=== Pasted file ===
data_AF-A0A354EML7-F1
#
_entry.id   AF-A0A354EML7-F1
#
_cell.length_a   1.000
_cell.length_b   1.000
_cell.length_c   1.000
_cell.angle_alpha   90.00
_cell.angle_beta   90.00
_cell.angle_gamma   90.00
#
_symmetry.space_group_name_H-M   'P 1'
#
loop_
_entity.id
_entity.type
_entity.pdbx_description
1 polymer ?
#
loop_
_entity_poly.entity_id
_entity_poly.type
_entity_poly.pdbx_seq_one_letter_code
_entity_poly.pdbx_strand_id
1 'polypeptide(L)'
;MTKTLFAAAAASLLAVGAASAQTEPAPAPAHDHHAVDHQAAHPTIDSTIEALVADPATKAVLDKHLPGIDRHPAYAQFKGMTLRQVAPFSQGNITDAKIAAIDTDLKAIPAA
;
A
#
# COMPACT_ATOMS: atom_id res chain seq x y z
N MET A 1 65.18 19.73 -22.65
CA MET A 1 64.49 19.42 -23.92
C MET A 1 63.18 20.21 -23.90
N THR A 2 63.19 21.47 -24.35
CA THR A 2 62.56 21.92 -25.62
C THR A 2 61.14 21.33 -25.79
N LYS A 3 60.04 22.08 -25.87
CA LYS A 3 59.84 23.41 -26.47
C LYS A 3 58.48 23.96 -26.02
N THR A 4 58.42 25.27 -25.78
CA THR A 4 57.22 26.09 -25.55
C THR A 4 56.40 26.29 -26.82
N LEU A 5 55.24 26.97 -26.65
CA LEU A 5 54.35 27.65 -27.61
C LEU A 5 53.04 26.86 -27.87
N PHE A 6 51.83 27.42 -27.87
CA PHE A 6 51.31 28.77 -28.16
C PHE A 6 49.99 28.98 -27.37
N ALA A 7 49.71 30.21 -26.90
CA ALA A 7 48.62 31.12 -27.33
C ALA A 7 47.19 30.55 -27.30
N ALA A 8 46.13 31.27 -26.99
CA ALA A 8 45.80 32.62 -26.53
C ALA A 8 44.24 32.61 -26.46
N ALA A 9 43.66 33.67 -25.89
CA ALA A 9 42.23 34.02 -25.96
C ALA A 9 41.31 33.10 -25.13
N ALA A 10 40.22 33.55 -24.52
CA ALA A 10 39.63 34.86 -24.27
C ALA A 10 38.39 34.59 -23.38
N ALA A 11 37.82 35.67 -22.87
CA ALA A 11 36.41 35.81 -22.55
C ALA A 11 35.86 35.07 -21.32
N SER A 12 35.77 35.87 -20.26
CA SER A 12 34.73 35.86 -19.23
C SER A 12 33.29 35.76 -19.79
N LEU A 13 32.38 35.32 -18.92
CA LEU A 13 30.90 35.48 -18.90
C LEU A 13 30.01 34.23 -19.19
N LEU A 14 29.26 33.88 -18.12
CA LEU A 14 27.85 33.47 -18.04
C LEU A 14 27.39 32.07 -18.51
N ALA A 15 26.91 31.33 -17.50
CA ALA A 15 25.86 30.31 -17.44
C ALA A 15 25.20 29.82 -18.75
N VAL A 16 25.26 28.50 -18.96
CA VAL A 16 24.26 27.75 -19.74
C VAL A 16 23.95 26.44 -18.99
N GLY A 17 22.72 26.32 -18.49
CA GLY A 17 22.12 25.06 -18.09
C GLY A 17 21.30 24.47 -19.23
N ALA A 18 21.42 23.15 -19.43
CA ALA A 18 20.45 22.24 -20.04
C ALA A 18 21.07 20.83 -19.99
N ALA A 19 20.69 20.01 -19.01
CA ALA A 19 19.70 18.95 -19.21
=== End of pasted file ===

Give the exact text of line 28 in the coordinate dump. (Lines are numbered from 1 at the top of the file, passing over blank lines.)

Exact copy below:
A